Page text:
United Kingdom



FATF AML Deficiency List


Higher Risk

US Dept of State Money Laundering assessment
Conduit for Offshore Finance Centers



FATF Status

The United Kingdom is not on the FATF List of Countries that have been identified as having strategic AML deficiencies

Compliance with FATF Recommendations

The last Mutual Evaluation Report relating to the implementation of anti-money laundering and counter-terrorist financing standards in the United Kingdom was undertaken by the Financial Action Task Force (FATF) in 2018. According to that Evaluation, the United Kingdom was deemed Compliant for 23 and Largely Compliant for 15 of the FATF 40 Recommendations. It was deemed Highly Effective for 4 and Substantially Effective for 4 of the Effectiveness & Technical Compliance ratings.



US Department of State Money Laundering assessment (INCSR)

United Kingdom is categorised by the US State Department as a Country/Jurisdiction of Primary Concern in respect of Money Laundering and Financial Crimes.



The UK plays a leading role in European and world finance and remains one of the strongest global actors in combatting illicit finance.  Money laundering presents a significant risk to the UK because of the size, sophistication, and reputation of its financial and real estate markets.  UK law enforcement combats cash-based money laundering, the drug trade, and high-end money laundering through the financial sector and professional services.  In July 2019, the UK published its Economic Crime Plan, which describes public and private sector actions over the next three years to protect the UK against economic crime.  The UK should follow through on plans to strengthen the capabilities of the FIU, reduce inconsistencies in the supervisory regime, and increase its international reach to tackle money laundering.  




There are no international sanctions currently in force against this country.



Rating                                                                           (100-Good / 0-Bad)

Transparency International Corruption Index                           77

World Governance Indicator – Control of Corruption             94

Corruption does not represent a constraint to business in the United Kingdom, and companies are very unlikely to be put in a situation where bribery is needed. Despite some isolated instances of abuse of administrative power, the UK promotes high ethical standards in public services. The UK Bribery Act establishes liability for corruption offences committed anywhere in the world, including bribery between businesses and of foreign public officials. It also introduces a liability offence for companies that fail to prevent bribery committed by representatives; this can be avoided only by implementing preventive anti-corruption policies and procedures. There is no distinction made between bribery and facilitation payments, and these practices rarely occur in the UK. Gifts and hospitality can be considered illegal depending on the intent and benefit obtained. The UK has a strong legal framework for fighting bribery at home and abroad, and the agencies tasked with fighting corruption are efficient and independent. For further information - GAN Integrity Business Anti-Corruption Portal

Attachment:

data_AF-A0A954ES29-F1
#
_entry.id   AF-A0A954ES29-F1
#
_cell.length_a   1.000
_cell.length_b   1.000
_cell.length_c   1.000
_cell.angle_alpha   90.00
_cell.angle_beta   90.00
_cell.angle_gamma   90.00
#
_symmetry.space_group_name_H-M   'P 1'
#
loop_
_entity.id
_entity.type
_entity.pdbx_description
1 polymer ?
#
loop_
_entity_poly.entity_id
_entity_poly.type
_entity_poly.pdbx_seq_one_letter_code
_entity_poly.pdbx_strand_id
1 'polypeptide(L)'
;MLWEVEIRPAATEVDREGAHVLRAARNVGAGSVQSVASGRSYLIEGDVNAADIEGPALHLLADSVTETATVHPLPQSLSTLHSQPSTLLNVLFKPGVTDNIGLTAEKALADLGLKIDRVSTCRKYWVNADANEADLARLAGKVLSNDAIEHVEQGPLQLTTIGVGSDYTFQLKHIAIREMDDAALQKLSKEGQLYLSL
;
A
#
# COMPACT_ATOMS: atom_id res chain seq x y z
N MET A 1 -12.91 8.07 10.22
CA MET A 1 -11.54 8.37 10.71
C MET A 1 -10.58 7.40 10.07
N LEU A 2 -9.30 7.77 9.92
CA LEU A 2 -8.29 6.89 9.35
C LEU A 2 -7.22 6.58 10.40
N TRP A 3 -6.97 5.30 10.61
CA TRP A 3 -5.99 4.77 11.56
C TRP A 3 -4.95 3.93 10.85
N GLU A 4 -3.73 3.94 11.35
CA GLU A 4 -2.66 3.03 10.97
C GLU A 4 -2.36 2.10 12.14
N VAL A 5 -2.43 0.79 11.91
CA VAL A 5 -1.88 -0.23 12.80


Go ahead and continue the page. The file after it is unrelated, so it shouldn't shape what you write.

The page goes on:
The UK, a leading trading power and financial centre, is the third largest economy in Europe after Germany and France. Agriculture is intensive, highly mechanized, and efficient by European standards, producing about 60% of food needs with less than 2% of the labour force. The UK has large coal, natural gas, and oil resources, but its oil and natural gas reserves are declining; the UK has been a net importer of energy since 2005. Services, particularly banking, insurance, and business services, are key drivers of British GDP growth. Manufacturing, meanwhile, has declined in importance but still accounts for about 10% of economic output.


In 2008, the global financial crisis hit the economy particularly hard, due to the importance of its financial sector. Falling home prices, high consumer debt, and the global economic slowdown compounded Britain's economic problems, pushing the economy into recession in the latter half of 2008 and prompting the then BROWN (Labour) government to implement a number of measures to stimulate the economy and stabilize the financial markets. Facing burgeoning public deficits and debt levels, in 2010 the CAMERON-led coalition government (between Conservatives and Liberal Democrats) initiated an austerity program, which has continued under the new Conservative majority government.  However, the deficit still remains one of the highest in the G7, standing at 5.1% of GDP as of mid-2015. London intends to eliminate its deficit by 2020, primarily through additional cuts to public spending and welfare benefits. It has also pledged to lower its corporation tax from 20% to 18% by 2020.


In 2012, weak consumer spending and subdued business investment weighed on the economy, however, GDP grew 1.7% in 2013 and 2.8% in 2014, accelerating because of greater consumer spending and a recovering housing market. As of late 2015, the Bank of England is examining when to begin raising interest rates from historically low levels while being cautious not to damage economic growth. While the UK is one of the fastest growing economies in the G7, economists are concerned about the potential negative impact if the UK votes to leave the EU. The UK has an extensive trade relationship with other EU members through its access to the single market and economic observers have warned an exit could jeopardize its position as the central location for European financial services.